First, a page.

Age-Related Shifts in Brain Activity Dynamics during Task Switching

Koji Jimura, Todd S. Braver

Research output: Contribution to journalArticle

76 Citations (Scopus)

Abstract

Cognitive aging studies have suggested that older adults show declines in both sustained and transient cognitive control processes. However, previous neuroimaging studies have primarily focused on age-related change in the magnitude, but not temporal dynamics, of brain activity. The present study compared brain activity dynamics in healthy old and young adults during task switching. A mixed blocked/event-related functional magnetic resonance imaging design enabled separation of transient and sustained neural activity associated with cognitive control. Relative to young adults, older adults exhibited not only decreased sustained activity in the anterior prefrontal cortex (aPFC) during task-switching blocks but also increased transient activity on task-switch trials. Another pattern of age-related shift in dynamics was present in the lateral PFC (lPFC) and posterior parietal cortex (PPC), with younger adults showing a cue-related response during task-switch trials in lPFC and PPC, whereas older adults exhibited switch-related activation during the cue period in PPC only. In all 3 regions, these qualitatively distinct patterns of brain activity predicted qualitatively distinct patterns of behavioral performance across the 2 age groups. Together, these results suggest that older adults may shift from a proactive to reactive cognitive control strategy as a means of retaining relatively preserved behavioral performance in the face of age-related neurocognitive changes.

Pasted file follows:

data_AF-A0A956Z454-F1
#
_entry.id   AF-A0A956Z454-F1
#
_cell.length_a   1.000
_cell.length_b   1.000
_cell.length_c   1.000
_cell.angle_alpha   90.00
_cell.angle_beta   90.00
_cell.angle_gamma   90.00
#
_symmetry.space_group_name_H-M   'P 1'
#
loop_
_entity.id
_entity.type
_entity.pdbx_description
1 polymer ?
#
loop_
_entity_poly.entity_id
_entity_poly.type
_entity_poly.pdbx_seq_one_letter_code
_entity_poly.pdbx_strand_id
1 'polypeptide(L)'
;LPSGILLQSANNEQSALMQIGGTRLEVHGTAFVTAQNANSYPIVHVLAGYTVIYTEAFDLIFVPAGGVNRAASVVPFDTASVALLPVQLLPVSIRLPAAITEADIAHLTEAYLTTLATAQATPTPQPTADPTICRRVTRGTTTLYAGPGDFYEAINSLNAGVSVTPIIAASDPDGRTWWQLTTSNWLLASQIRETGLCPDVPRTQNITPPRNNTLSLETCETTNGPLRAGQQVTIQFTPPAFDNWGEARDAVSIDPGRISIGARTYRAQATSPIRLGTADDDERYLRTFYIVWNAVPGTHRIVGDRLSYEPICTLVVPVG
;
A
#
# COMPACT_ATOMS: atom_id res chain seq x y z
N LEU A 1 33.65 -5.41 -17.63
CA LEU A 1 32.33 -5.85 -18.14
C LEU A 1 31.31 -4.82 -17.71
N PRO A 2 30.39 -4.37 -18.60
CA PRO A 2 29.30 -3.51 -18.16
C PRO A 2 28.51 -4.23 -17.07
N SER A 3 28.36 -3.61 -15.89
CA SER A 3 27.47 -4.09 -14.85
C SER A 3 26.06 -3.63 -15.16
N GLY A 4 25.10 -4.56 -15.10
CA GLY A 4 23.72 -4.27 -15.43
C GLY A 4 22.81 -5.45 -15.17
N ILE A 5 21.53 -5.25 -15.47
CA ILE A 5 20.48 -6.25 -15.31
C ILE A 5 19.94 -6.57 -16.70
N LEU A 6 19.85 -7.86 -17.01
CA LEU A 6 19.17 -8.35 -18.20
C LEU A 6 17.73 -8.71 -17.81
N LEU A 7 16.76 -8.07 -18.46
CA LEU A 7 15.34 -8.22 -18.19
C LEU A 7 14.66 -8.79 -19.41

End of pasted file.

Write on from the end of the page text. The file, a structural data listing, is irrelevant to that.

Original languageEnglish
Pages (from-to)1420-1431
Number of pages12
JournalCerebral Cortex
Volume20
Issue number6
DOIs
Publication statusPublished - 2010 Jun 3
Externally publishedYes

Keywords

  • Cognitive control
  • Mixed blocked/event-related fMRI
  • Parietal cortex
  • Prefrontal cortex
  • Task set

ASJC Scopus subject areas

  • Cognitive Neuroscience
  • Cellular and Molecular Neuroscience

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